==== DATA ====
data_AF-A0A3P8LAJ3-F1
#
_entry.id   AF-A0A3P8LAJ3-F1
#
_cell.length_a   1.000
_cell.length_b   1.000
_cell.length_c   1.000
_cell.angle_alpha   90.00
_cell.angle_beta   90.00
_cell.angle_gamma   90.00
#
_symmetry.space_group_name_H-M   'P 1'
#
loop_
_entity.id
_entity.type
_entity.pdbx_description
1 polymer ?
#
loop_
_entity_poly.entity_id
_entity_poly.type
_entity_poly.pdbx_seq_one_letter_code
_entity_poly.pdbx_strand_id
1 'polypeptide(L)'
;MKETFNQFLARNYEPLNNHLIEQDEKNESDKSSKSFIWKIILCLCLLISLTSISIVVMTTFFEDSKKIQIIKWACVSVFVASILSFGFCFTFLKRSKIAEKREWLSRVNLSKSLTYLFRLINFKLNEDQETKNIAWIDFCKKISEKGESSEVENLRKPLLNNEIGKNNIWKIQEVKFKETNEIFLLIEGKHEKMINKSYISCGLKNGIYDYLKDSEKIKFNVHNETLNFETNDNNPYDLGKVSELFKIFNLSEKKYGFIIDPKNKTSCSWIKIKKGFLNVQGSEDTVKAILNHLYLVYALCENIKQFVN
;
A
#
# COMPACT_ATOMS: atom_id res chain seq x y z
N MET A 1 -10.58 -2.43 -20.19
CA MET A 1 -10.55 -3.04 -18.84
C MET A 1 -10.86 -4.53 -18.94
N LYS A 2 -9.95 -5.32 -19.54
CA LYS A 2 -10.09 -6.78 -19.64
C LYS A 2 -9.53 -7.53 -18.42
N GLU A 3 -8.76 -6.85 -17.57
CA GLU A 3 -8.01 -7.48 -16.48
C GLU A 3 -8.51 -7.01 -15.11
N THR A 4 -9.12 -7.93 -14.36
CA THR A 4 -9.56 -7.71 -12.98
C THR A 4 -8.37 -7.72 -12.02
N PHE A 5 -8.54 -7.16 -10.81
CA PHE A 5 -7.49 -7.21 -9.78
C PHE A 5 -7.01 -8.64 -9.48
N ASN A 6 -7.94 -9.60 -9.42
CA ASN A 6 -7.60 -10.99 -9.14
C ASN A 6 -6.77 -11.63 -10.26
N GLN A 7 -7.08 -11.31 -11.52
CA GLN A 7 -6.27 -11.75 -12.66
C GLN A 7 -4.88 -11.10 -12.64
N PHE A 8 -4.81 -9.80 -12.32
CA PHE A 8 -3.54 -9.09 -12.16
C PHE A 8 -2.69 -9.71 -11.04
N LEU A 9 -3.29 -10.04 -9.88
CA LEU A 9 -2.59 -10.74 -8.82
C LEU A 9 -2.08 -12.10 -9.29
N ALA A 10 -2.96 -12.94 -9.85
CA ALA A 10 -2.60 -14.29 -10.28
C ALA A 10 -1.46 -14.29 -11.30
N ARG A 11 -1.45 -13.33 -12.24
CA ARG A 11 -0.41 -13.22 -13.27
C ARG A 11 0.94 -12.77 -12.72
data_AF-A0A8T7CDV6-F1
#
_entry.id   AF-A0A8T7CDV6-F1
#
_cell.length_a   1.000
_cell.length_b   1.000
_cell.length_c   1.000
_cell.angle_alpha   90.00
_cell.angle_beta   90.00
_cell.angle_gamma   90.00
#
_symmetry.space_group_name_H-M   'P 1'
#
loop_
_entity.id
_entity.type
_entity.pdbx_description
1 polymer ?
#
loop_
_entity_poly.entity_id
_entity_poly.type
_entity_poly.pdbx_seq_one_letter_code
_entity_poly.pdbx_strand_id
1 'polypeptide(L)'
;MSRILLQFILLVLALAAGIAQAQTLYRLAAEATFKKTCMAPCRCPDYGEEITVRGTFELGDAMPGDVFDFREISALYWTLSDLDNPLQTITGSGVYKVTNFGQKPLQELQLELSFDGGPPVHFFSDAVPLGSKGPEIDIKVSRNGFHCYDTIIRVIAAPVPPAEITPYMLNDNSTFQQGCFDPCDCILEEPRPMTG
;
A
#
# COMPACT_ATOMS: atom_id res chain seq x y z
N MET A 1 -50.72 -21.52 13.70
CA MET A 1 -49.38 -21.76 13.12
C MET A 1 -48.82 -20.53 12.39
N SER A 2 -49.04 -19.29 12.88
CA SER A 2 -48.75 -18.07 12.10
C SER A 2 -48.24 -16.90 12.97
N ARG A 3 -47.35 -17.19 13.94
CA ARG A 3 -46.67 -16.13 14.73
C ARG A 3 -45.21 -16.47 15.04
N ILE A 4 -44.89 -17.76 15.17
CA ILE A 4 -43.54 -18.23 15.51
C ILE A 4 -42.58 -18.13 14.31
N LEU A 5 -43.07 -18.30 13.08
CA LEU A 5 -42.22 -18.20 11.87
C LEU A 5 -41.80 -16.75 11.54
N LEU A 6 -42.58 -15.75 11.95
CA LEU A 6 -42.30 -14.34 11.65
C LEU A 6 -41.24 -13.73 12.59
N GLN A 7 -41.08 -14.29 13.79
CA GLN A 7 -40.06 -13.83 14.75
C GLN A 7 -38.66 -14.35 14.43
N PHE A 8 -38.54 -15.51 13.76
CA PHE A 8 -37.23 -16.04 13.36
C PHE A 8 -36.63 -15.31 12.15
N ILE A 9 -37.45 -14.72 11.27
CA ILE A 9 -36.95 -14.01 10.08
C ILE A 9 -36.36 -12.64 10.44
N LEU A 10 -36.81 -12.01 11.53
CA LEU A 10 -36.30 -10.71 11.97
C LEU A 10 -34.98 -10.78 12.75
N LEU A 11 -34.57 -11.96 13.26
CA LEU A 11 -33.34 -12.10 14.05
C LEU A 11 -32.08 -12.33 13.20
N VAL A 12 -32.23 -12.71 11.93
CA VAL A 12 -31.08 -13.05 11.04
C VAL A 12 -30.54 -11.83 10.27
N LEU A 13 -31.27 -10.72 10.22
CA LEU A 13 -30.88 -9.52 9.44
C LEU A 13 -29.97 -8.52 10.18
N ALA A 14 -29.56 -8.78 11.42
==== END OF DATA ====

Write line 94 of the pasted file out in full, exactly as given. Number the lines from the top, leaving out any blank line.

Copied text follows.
N MET A 1 -50.72 -21.52 13.70